Published by One (Pushkin Press)
A madman prophesies that a boy will be killed by a fisherman. The fear created by the prophecy changes the boy. But will the fear itself lead to the murder or is the madman able to see the future?
The Fishermen is narrated by Ben, looking back to the time when he was a 9-year-old boy living with his parents and five siblings in a town in western Nigeria. Their father, who works for the Central Bank of Nigeria, is transferred to Yola, leaving their mother to raise the children on her own.
The father feels he can leave the family because he has faith in his wife and in his oldest son, Ikenna, a 15-year-old who commands the respect of his younger siblings. The father has high hopes for his sons, believing that someday they will become great men. It takes one incident to destroy these dreams, a single event that leads to the unravelling of the family.
One day, Ben and his three older brothers—Ikenna, Boja, who is 14, and Obeme, 11 —decide to go fishing in Omi-Ala river, which runs through their town. The river is said to be polluted and the area dangerous. But their father is not around to stop them, and the boys sneak away without telling their mother. “I realize that it was during one of those trips to the river that our lives and our world changed. For it was here the time began to matter.”
One day, near the river, they bump into Abulu, the madman who has a reputation for making prophecies that come true. Abulu calls out to Ikenna, predicting his death, adding “you shall die by the hands of a fisherman”.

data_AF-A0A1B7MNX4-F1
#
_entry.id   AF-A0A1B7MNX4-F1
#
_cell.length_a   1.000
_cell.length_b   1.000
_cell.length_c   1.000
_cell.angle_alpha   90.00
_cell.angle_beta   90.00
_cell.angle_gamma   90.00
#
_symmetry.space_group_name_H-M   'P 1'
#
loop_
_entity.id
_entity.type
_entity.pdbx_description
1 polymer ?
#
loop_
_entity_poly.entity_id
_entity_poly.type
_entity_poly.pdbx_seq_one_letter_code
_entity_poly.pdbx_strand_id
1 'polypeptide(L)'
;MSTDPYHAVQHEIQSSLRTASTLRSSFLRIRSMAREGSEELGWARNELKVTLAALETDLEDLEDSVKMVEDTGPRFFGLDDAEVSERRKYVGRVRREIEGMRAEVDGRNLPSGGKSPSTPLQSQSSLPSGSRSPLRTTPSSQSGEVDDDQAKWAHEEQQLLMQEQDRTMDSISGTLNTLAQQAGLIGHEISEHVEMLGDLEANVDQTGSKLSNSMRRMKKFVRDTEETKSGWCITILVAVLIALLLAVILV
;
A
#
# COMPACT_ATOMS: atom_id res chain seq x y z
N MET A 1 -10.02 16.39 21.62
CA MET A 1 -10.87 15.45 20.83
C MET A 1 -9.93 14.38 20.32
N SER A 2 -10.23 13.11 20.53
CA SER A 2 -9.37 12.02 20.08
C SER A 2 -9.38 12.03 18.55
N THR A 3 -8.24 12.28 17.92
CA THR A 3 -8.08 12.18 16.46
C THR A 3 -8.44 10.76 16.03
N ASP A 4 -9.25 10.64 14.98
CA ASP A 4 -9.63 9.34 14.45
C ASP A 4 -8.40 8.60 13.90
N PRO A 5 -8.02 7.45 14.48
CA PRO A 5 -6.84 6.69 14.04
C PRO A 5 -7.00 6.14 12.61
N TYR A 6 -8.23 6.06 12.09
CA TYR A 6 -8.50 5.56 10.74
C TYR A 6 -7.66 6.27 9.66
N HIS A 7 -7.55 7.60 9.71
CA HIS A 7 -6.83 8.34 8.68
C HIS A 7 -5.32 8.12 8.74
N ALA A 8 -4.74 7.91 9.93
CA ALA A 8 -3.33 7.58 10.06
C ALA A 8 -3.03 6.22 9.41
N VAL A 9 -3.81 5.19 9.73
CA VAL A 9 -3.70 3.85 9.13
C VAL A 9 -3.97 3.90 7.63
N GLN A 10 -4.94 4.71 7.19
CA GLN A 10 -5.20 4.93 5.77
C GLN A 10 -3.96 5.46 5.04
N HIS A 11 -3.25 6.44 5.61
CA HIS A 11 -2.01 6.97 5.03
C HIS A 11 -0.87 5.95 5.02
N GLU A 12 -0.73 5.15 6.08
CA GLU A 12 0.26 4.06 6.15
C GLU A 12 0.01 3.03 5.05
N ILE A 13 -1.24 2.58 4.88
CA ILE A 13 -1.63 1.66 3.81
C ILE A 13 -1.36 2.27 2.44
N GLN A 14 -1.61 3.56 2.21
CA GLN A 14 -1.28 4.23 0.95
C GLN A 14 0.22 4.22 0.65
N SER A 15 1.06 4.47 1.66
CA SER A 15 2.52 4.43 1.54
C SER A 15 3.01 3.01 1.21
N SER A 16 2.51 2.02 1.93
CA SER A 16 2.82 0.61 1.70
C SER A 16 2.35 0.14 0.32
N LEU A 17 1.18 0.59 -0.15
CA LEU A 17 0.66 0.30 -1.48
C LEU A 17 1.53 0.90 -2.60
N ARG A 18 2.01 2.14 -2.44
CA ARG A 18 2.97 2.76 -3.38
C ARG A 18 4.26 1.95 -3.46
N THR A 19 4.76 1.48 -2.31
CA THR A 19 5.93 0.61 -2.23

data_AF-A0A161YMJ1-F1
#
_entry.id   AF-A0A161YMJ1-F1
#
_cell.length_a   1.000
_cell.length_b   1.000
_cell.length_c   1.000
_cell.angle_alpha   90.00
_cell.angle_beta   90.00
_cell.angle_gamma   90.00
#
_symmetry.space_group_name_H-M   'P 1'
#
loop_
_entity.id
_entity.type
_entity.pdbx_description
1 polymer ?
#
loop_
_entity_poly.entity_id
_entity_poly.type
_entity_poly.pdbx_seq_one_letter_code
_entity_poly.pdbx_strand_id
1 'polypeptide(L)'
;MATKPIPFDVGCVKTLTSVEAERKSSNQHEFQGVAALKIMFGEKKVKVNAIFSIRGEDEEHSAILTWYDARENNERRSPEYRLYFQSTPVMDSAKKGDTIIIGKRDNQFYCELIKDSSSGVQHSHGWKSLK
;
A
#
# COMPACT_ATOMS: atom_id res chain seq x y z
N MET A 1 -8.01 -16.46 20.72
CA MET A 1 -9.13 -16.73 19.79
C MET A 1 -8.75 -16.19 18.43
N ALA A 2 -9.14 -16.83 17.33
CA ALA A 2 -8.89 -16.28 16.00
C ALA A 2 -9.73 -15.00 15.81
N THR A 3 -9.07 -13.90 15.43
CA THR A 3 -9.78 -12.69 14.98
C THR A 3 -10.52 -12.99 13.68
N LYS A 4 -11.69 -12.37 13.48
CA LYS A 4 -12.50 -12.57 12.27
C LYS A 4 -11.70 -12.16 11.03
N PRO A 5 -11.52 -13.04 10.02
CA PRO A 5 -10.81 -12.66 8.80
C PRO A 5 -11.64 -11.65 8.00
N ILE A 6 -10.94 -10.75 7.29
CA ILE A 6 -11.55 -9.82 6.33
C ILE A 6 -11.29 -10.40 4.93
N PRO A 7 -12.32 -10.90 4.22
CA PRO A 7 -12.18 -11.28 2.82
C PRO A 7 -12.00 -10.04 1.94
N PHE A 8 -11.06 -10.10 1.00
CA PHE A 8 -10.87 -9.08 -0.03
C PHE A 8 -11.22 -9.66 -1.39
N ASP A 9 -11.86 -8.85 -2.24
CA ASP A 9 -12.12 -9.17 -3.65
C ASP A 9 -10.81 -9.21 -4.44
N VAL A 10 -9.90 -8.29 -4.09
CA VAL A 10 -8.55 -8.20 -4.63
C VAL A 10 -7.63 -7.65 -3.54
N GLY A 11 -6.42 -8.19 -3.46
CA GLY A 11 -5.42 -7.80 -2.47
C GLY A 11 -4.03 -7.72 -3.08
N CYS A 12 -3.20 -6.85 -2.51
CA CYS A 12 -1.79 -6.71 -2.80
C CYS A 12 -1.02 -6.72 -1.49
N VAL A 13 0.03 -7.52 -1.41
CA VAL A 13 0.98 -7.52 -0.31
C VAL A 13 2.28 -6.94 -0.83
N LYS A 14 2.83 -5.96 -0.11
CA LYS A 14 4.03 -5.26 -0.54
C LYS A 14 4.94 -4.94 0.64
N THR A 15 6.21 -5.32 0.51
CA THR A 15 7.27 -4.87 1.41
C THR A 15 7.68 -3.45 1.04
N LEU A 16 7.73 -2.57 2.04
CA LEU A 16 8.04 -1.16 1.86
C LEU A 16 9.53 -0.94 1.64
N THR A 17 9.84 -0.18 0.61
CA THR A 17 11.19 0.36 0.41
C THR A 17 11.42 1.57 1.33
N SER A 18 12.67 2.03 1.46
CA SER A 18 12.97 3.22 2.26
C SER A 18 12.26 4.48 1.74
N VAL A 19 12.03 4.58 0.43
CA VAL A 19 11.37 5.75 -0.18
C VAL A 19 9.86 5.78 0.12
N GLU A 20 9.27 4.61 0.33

Since the four brothers have started calling themselves fishermen, Ikenna assumes that he will be killed by his one of his own brothers. Without any real justification, he suspects Boja, the brother he is closest to. This fear transforms the him: the cheerful, confident boy becomes angry, suspicious and unruly.
“The prophecy, like an angered beast, had gone berserk and was destroying his mind with the ferocity of madness . . . until all that he knew, all that was him, all that had become him was left in disarray. To my brother, Ikenna, the fear of death as prophesied by Abulu had become palpable, a caged world within which he was irretrievably trapped, and beyond which nothing else existed.”
I won’t give away more of the plot. It is a brilliant depiction of what happens when the seeds of fear are sown, and the way it affects not only the fearful person but all of those around him, destroying the relationships that were once sustaining. Fear opens the door to hatred and pain. Chigozie Obioma writes movingly of the grief of their normally indomitable mother, a grief so deep that she almost loses her mind.
The Fishermen is a book about abandoned dreams and broken relationships but also about the bonds that endure the worst that can happen. This is a beautifully written, powerful book.